I decided to stay around for the next act, another Brooklyn band, Baby Alpaca. Again, the Delancey ground floor is pretty much a perfect fit for this group. The lead singer has a lonesome and heavy emotionality in his voice and the songs kind of melt into themselves, filled with dark and droning qualities. Before I started crying my face off due to these semi-depressing sounds, I headed over to Cake Shop to check out yet another band from BK, Dinowalrus (pictured below), for the Panache showcase.

Before seeing them live for the first time, I decided to listen to their tracks on Myspace and picked up that a rock-turning-pyschedelic pop vibe (kind of). When I saw them live, though, I realized that although the pop sound might be what they are going for – think electronic, bouncy beat openers – it’s not so psychedelic as much as guitar screeching, chaotic rock. These guys are LOUD. But fun. They have this punkish attitude going on, heavy on the instrumentals, not so much on the vocals. I definitely enjoyed their-in-your-face musical enthusiasm, and the lead singer is super entertaining with his goofy antics. Might need some plugs next time so my ears don’t bleed.

I stuck around for a bit to catch a bit of the set by the Parisian DJ, Onra – very nice – then headed LITERALLY next door to the Living Room to catch the LA-based Chapin Sisters - read my review on the Deli LA.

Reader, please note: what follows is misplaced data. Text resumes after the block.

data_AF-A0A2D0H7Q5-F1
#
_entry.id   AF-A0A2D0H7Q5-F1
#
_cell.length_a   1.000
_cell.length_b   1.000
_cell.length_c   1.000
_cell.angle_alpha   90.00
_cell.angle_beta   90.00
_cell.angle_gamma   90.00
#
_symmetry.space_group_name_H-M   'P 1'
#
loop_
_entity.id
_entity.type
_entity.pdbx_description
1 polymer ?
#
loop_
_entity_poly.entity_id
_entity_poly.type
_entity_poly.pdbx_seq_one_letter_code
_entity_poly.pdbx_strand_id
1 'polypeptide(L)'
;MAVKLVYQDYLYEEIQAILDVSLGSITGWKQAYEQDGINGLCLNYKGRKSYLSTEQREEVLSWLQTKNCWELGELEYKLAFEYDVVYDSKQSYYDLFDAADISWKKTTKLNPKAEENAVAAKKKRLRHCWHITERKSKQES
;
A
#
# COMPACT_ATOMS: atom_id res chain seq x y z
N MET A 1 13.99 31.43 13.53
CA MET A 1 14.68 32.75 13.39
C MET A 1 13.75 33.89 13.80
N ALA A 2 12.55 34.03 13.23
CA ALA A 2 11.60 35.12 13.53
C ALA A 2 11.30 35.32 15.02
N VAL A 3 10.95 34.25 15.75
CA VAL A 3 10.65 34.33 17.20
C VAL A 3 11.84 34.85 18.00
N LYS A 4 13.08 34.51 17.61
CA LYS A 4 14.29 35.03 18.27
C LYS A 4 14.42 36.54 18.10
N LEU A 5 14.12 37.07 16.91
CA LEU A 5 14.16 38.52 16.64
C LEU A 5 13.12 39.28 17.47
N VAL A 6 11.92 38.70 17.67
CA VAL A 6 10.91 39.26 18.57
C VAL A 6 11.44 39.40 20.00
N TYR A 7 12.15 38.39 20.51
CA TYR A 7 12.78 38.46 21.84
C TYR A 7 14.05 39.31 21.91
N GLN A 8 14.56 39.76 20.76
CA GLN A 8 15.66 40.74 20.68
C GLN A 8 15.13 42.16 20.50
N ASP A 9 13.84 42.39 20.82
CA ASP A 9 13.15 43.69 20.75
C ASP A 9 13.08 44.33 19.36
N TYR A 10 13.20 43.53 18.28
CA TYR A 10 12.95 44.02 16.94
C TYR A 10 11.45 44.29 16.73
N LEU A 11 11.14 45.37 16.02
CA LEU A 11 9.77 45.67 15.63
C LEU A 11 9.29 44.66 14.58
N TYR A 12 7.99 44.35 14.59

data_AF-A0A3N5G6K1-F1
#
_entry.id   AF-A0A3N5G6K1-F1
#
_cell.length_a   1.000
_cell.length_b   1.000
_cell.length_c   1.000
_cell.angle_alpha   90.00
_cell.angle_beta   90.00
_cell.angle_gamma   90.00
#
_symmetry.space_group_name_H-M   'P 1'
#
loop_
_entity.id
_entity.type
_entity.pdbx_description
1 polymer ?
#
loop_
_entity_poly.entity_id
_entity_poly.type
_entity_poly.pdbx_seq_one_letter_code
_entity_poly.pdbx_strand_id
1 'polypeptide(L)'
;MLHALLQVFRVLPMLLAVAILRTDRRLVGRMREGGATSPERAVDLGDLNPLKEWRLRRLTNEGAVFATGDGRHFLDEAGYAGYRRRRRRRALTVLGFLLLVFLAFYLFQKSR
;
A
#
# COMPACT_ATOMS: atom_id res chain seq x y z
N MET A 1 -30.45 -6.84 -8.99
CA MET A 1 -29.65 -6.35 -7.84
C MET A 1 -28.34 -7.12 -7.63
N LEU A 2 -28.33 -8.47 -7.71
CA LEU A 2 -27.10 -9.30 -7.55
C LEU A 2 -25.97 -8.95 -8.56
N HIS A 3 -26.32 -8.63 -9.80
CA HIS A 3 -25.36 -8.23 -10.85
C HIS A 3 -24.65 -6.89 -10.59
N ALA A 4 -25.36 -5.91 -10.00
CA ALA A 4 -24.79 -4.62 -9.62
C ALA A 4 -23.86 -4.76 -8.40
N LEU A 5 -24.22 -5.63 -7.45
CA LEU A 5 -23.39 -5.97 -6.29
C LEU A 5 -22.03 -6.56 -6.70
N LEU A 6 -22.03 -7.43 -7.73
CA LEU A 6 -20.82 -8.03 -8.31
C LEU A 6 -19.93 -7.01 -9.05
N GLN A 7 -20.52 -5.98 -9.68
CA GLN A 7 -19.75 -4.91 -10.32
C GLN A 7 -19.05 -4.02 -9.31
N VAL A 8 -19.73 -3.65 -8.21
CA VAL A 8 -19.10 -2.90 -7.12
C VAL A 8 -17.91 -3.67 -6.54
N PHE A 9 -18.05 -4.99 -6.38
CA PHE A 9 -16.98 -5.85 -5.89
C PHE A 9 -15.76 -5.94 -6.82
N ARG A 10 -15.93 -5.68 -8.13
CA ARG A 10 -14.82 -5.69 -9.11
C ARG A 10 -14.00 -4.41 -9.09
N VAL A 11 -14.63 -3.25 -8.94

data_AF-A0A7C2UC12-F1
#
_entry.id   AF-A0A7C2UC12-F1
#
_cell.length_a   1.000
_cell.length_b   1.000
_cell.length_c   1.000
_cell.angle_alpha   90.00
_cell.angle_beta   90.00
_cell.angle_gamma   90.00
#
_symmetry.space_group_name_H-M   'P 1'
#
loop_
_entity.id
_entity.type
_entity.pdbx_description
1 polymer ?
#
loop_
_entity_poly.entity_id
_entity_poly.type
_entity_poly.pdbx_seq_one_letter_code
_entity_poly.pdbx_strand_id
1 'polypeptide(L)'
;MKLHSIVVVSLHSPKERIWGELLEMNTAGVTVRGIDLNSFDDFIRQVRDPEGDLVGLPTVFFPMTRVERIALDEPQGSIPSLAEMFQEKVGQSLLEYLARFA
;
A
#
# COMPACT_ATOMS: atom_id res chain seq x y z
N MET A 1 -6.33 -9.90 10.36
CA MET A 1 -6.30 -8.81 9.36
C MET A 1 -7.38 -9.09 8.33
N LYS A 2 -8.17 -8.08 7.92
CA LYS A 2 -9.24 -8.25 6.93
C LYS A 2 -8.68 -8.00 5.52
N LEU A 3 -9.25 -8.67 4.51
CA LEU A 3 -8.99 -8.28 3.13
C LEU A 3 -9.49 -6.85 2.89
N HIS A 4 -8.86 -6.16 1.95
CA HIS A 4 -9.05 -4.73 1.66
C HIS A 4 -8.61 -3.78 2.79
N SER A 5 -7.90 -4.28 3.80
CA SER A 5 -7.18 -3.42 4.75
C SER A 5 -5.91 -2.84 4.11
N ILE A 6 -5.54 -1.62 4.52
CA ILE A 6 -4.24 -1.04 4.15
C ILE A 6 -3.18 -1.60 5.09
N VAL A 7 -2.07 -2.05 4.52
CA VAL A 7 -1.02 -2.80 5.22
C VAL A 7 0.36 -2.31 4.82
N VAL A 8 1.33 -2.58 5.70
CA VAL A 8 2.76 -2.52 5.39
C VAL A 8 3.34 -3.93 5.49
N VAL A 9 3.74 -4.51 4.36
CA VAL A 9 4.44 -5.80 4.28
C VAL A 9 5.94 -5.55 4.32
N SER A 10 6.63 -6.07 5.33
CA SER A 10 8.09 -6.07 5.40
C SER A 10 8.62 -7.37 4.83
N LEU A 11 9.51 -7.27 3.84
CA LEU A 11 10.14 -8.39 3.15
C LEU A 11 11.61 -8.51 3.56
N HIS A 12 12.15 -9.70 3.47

Following the Living Room, I skipped on over to Fat Baby to hear Brooklyn boys, Goes Cube (dudes in picture above pretending to be... rain?) do a set later on in the night. Talk about a shift in musical tone. Again, I was enveloped in some LOUD music. The band’s been described as having a “sledgehammer assault.” My ears concur! The music (feel free to call it metal) was heavy, powerful and all pretensions aside, seriously intense. They smashed, they banged and they made quite the impression.

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Chapin Sister CMJ Coverage

I’m not really into the whole folky-southern-soft rock thing but decided, in the spirit of good music and CMJ, I would check out the Chapin Sister. Just to give a little back up story, the two lead singers, AKA the sisters themselves, are the beautiful, waify offspring of three time Grammy winner singer-songwriter, Tom Chapin (if that’s any indication of their musical chops). Their sound is soothing, subtle and ethereally sincere. Though there were points in which the songs came off just a little country for my liking, I really enjoyed their short set, which was infused with soft textures and very pretty vocals. - Alex Vann

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Animal City

The latest album from the basement duo of Salvatore Cassato and Dakota Loesch (aka Animal City) finds the band bringing a fuller sound. For their new 14 track album, You Win Some, You Loser, Cassato and Loesch have added the rhythm section of Douglas Ryan and Levi Yastrow. This is their first release as a full band and Animal City's first full-length album. Although fourteen tracks in length the album still only clocks in around 27 minutes. These songs are brief, but fun and at times hilarious. This is a band that does not take themselves too seriously, but does come across as more professional and polished on this release.

The album kicks off with a fun little track about a person has a mouse face. It sounds a little like the Hold Steady at first, but that comparison fades over the whole of the album. Animal City celebrated the album's release last night at Empty Bottle.